Self-promoting without feeling as though I’m whoring myself out is akin to executing a flawless triple toe loop on thin ice. Yes, the Olympics are still on my mind, and no, I cannot execute a triple toe loop on thin, thick, or any other kind of ice. I’m lucky to simply escape the rink unbruised and unbloodied.
I talked a little about selling myself in my previous post, Cheese, Cars, and Stories, but today I encountered another example of how difficult it is to self-promote without coming across like an obnoxious twit when a college classmate was kind enough to point out that I might be exploiting a Grinnell alumni Facebook group by hoisting electronic billboards up to advertise my work. Already sensitive to the delicate line between self-promotion and guerrilla sales tactics, I immediately withdrew my latest post lest I alienate the very audience I was appealing to. Grinnellians, by their nature, stick together and look out for one another, and the last thing I’d want to do is come across as some brash, fast-talking literary pimp looking to make a quick buck. Especially considering how important my writing is to me. So, lesson learned. I won’t be trolling my alumni page, posting blatant sales pitches, anymore. I’m going to try switching off the red light now and then.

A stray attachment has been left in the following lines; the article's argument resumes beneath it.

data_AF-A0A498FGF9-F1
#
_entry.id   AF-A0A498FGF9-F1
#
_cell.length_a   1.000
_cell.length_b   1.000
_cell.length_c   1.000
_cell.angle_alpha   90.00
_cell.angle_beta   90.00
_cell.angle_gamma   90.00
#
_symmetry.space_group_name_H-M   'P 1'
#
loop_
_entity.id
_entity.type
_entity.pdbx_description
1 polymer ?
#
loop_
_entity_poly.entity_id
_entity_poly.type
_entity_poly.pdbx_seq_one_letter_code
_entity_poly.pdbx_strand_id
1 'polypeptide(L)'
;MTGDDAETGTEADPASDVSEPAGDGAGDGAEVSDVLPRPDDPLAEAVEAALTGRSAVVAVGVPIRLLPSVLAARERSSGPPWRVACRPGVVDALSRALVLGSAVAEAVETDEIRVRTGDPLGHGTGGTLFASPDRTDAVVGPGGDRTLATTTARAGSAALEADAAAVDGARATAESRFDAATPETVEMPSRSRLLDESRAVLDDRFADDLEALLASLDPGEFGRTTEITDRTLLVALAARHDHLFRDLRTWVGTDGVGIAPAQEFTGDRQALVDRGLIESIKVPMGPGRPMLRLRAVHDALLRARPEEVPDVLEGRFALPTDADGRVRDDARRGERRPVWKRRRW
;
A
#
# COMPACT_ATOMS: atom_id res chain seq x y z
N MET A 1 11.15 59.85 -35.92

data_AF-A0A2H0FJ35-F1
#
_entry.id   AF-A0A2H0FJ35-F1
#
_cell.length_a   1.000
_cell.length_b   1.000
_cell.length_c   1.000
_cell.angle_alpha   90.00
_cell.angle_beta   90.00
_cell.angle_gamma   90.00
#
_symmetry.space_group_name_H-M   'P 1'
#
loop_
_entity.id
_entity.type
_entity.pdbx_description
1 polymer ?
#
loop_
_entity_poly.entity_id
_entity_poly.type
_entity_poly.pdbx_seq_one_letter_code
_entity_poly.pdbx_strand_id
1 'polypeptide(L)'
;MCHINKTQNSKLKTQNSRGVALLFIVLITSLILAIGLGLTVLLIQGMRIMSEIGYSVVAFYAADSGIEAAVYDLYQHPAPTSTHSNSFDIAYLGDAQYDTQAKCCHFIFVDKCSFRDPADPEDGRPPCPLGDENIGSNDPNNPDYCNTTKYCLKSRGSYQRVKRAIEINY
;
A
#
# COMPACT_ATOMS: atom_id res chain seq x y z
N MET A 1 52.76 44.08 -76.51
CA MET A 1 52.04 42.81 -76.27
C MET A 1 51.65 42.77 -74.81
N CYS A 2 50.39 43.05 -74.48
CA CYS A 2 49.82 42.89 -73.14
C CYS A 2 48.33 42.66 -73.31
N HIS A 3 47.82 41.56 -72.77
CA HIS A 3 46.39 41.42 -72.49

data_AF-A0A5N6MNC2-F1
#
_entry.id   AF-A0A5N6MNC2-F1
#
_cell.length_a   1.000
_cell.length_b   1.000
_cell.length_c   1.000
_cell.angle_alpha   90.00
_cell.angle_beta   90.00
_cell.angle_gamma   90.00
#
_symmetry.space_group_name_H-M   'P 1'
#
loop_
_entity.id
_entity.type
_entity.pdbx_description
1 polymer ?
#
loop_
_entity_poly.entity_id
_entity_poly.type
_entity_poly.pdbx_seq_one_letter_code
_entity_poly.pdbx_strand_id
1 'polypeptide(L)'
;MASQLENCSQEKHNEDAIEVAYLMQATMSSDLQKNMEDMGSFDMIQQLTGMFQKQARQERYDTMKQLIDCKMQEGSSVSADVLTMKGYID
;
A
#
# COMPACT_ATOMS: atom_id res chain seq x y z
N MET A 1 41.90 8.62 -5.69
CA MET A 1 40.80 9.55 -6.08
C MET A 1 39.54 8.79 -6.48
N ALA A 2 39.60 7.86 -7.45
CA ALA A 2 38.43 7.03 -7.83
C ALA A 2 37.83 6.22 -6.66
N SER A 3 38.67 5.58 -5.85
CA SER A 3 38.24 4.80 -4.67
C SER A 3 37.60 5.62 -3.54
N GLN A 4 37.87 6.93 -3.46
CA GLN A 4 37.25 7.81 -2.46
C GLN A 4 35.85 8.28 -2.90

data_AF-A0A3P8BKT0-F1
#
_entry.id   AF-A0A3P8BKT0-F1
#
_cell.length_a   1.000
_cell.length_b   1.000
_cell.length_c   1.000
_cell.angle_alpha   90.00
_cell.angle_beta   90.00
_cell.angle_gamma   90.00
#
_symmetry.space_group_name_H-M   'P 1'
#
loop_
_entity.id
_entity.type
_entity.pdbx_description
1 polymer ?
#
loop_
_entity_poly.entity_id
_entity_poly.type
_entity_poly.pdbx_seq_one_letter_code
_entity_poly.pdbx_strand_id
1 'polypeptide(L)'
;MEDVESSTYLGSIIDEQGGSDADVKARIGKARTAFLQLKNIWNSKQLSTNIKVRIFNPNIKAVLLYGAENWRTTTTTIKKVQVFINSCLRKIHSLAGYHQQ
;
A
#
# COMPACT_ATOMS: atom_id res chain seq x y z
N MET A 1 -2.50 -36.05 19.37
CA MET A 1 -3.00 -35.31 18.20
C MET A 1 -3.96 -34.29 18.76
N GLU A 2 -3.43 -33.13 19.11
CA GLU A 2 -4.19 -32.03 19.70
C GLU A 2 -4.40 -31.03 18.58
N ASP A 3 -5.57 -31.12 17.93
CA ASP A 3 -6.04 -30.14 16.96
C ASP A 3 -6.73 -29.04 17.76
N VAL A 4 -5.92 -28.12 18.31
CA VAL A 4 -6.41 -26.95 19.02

In today’s social media maelstrom, we’re all bombarded by near-constant Facebook updates, Tweets and who knows what else (I’m just barely figuring out Twitter…don’t get me started on other services like SnapChat and WhatsApp). These are incredible platform-building tools, but they must be wielded with care. When someone sees one of my updates, I don’t want their first thought to be, “Jesus…this guy again?” I want it to be, “Ooh! What new and exciting material does he have for me today?” How can I ensure that will happen? Well, I can’t, but I can give it a fighting chance by posting content people enjoy following and, even more importantly, by being myself.
Thank you to all of you who have already joined me on this journey. Your support helps keep me going and it’s difficult to express how grateful I am for it. I love writing because I love writing, but the idea that someone actually likes my work makes it that much sweeter.